So, what’s next for the Leadership Summit for Healthy Communities? The planning committee will reconvene soon to determine the 2022 date and platform. All data collected in evaluations will be used to ensure another great event. If you would like to join the planning committee, email brandie@wholespire.org.

Leadership Summit Takes on Youth Summit and other Major Changes

Leadership Summit Takes on Youth Summit and other Major Changes

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The Leadership Summit is back after a one-year hiatus and Eat Smart Move More South Carolina (ESMMSC) staff couldn’t be more excited! The planning committee and staff have been working diligently to learn best practices related to hosting a virtual conference, brainstorming some fun factors, and taking on the Youth Edition, formerly known as the Youth Summit.

The Leadership Summit for Healthy Communities + Youth Edition will be May 12-13 on your computer. You can kick back, relax, and take in the valuable information our speakers will present to you. This year’s Summit is focusing on historical and cultural influences that impact perceptions on healthy eating, active living, and health. This annual event is also focusing on the importance of cross-collaboration between community coalitions and youth advocates. Youth may just be the key to unlocking local initiative success! 

Going Virtual
Virtual conferences aren’t optimal but given the continued risks of spreading and contracting COVID-19, it’s the best choice for ESMMSC. “We just couldn’t go another year without providing an outlet for our community and state partners to network and learn best practices and lesson learned around the latest initiatives happening in the state,” says Kelsey Allen, manager of community initiatives.

The virtual Leadership Summit will provide opportunities for attendees to network through the virtual platform. There will also be pre-conference networking opportunities focused on specific topics scheduled for May 10-11.

+ Youth Edition
In the past, ESMMSC hosted the Youth Summit, a one-day conference for youth from HYPE teams and youth-serving organizations to convene and learn about HYPE projects, social justice, and youth advocacy. The 2020 Youth Summit was live streamed on Facebook over four weeks and drew a good crowd of youth and adults. Rather than hosting separate virtual events, staff thought combining the events would increase interest across both audiences.

“I’ve always wanted to find a way to get youth to the Leadership Summit to network with and learn from community coalitions and public health professionals,” says Trimease Carter, manager of youth engagement. “The virtual Summit is the perfect opportunity to make that happen. My hope is that youth will participate in the Leadership Summit and coalitions and public health professionals will participate in the Youth Edition.”

Three Keynote Speakers
Building on the theme of Understand. Influence. Change.: Understanding yesterday to influence today for a better tomorrow, the Summit Planning Committee approved three keynote speakers. Queen Quet, Dr. Kathryn Silva Hyde, and By the Hand Club for Kids/Austin Harvest will provide inspiration for youth and adults to engage with each other and make a healthy difference in their communities.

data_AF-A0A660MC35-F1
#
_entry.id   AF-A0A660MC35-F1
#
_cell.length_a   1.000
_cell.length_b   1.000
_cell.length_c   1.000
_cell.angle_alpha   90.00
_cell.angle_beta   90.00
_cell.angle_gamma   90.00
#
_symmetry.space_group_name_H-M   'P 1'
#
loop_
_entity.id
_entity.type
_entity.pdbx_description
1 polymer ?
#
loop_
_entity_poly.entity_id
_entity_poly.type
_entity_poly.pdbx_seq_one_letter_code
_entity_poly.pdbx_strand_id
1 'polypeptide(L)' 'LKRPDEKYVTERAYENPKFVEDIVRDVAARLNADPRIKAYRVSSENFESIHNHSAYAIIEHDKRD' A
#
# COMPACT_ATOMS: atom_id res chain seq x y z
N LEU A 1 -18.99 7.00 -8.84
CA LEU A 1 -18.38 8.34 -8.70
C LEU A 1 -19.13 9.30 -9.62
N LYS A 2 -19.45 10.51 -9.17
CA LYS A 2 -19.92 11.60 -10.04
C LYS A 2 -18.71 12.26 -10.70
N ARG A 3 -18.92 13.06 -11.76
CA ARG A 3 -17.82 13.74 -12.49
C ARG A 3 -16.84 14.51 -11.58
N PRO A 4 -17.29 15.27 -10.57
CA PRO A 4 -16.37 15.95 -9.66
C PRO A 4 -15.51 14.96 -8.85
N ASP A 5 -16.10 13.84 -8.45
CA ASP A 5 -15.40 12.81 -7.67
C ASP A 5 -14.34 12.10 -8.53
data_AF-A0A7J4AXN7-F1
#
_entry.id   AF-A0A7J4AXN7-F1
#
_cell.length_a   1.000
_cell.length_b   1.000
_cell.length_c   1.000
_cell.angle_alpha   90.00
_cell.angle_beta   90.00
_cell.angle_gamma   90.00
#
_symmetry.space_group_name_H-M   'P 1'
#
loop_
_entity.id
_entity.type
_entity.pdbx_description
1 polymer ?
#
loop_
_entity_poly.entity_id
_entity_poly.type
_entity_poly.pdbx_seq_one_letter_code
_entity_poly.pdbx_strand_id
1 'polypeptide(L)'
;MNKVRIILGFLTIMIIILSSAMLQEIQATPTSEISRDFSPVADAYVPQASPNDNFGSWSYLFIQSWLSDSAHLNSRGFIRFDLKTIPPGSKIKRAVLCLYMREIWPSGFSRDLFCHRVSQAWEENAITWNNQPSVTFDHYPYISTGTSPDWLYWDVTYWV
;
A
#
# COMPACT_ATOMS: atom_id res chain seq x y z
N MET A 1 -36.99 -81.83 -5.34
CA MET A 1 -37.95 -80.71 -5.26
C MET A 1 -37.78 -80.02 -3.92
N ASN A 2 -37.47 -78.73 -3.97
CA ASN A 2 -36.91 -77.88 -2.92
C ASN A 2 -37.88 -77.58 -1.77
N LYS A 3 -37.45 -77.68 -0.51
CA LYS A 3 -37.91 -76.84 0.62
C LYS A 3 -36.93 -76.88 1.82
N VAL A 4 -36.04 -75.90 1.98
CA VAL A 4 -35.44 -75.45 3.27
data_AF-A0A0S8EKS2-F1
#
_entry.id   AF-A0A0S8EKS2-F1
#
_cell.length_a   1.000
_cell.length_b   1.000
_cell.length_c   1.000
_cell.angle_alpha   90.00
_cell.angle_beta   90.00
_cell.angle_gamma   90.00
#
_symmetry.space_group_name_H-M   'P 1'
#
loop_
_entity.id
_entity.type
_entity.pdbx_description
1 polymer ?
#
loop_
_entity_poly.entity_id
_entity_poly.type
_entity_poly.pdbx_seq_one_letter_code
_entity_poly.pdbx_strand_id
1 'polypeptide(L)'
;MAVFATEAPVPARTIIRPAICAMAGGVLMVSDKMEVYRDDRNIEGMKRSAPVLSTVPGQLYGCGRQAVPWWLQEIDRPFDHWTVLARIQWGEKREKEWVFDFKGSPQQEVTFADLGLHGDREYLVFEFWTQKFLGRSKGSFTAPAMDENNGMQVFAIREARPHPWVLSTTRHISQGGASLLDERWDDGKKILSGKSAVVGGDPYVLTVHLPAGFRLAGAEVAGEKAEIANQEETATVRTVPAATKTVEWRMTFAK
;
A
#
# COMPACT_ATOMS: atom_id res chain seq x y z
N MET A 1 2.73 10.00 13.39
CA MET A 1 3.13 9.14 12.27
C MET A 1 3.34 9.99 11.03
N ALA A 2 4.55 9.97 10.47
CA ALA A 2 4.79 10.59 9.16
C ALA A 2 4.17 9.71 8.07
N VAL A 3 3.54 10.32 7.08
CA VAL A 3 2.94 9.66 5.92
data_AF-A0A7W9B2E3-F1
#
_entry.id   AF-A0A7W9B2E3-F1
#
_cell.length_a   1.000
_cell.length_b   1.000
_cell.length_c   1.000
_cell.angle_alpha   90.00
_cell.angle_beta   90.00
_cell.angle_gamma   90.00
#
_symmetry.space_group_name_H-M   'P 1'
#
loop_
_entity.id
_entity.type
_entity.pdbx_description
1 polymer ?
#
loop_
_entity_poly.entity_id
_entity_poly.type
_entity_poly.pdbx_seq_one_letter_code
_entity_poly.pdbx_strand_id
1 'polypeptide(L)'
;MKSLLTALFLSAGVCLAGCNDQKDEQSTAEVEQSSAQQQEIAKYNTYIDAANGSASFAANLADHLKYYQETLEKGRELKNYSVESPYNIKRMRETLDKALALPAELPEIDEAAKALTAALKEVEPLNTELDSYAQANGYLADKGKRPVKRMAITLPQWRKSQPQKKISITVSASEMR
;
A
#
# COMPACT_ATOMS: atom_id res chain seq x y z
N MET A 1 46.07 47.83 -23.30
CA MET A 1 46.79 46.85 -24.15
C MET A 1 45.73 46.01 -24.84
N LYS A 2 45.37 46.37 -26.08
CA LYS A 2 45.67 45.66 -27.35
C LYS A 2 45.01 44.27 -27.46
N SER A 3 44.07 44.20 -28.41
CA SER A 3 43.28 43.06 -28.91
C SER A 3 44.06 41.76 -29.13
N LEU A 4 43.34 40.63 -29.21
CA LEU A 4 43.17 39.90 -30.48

Queen Quet, Chieftess and Head-of-State of The Gullah/Geechee Nation
Wednesday, May 12 | 1:10 p.m. – 1:45 p.m.

For centuries, the Gullah/Geechee people have endured inequities and unfair treatment that have negatively impacted their quality of life. Queen Quet, Chieftess of the Gullah/Geechee Nation, will present on how her people live an active life that supports overall healthy living. She will reveal how public health advocates and community coalitions can work with the Gullah/Geechee people to increase access to healthy eating and active living resources and improve health outcomes.

Dr. Kathryn Silva Hyde, Chair and Assistant Professor of History in the Department of Humanities at Claflin University
Thursday, May 13 | 1:10 p.m. – 1:45 p.m.
Why are African Americans skeptical about health and healthcare? How does African American history and culture influence today’s perspectives? Dr. Kathryn Silva Hyde will explore the history and treatment of African Americans over the course of centuries. She will provide insight into why, in today’s world, African Americans are hesitant to trust, not only healthcare providers and public health professionals, but also leadership, new ideas, new initiatives, and new resources implemented to help shape health outcomes.   

By the Hand Club for Kids and Austin Harvest
Thursday, May 13 | 4:40 p.m. – 5:10 p.m.

Austin Harvest is a youth-led open-air fresh market that provides fresh produce to the residents of the Austin neighborhood in the far west side of Chicago. Austin Harvest grew out of a desire for youth to lead the way for positive community change. Due to decades of racial inequities highlighted by the killing of George Floyd and the COVID-19 crisis, By The Hand Club for Kids youth gathered in healing circles with local police and athletes to process recent violence and brainstorm solutions for their community in June of 2020. The students challenged the stakeholders to think about systematic reform but also expressed the need to do something now. This led to the idea of Austin Harvest and the transformation of a looted liquor store into a fresh market. More than providing fresh food to a neighborhood that historically lacks access to healthy and affordable produce, the aim of Austin Harvest is to bring people together and bring hope not only to their neighborhood but to inspire other communities that they too can make change.